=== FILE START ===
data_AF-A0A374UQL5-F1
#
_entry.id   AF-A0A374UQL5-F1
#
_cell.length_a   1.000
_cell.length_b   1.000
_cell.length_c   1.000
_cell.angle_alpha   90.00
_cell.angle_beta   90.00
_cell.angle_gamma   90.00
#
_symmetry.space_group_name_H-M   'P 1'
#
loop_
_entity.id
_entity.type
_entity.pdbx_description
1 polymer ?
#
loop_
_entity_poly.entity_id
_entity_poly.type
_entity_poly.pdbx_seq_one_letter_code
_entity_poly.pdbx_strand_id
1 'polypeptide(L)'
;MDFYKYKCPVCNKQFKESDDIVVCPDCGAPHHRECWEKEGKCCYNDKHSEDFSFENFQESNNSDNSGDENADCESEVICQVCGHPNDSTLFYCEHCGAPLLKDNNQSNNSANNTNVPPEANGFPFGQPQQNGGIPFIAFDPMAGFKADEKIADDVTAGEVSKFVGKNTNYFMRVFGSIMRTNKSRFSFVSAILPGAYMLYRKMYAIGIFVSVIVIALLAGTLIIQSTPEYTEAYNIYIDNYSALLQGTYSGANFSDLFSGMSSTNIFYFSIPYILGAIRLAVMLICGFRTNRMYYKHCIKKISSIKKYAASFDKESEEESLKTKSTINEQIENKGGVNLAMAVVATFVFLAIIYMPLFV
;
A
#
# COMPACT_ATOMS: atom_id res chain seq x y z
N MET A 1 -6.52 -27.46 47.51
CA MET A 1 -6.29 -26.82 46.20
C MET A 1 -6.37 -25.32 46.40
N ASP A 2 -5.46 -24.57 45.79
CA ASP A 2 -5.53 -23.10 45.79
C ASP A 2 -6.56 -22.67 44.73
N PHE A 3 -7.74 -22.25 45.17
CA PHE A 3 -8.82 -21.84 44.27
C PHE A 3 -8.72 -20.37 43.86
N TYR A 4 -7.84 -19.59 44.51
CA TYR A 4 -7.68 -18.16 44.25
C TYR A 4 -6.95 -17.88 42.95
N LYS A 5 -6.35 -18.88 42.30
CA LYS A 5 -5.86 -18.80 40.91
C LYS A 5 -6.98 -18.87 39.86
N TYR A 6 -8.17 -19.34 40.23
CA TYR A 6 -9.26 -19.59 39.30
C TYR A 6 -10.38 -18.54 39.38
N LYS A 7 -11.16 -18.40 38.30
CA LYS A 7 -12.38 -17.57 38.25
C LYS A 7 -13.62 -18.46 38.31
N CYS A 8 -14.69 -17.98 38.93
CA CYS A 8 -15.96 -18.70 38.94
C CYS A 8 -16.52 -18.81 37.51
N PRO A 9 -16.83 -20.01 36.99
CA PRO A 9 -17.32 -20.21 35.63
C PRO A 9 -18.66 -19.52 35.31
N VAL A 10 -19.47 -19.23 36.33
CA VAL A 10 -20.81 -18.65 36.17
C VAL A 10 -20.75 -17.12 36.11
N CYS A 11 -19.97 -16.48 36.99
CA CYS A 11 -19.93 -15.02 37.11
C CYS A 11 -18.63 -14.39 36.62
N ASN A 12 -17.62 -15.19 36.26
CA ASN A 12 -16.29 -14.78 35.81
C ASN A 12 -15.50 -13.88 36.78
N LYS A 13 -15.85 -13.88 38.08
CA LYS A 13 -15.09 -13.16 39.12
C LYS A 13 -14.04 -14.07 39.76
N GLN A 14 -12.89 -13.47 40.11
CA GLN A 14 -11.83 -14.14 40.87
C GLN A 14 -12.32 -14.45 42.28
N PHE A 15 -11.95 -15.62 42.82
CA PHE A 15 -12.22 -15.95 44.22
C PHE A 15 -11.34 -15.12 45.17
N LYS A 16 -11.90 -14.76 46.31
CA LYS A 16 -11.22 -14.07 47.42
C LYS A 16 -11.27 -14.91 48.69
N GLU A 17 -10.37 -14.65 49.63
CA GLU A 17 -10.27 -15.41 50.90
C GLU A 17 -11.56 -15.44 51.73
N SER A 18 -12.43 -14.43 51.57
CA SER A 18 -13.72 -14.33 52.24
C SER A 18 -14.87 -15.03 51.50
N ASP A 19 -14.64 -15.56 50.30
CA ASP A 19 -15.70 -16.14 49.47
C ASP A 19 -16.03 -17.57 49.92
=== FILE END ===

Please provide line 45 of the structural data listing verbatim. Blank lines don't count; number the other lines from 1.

C LYS A 5 -6.98 -18.87 39.86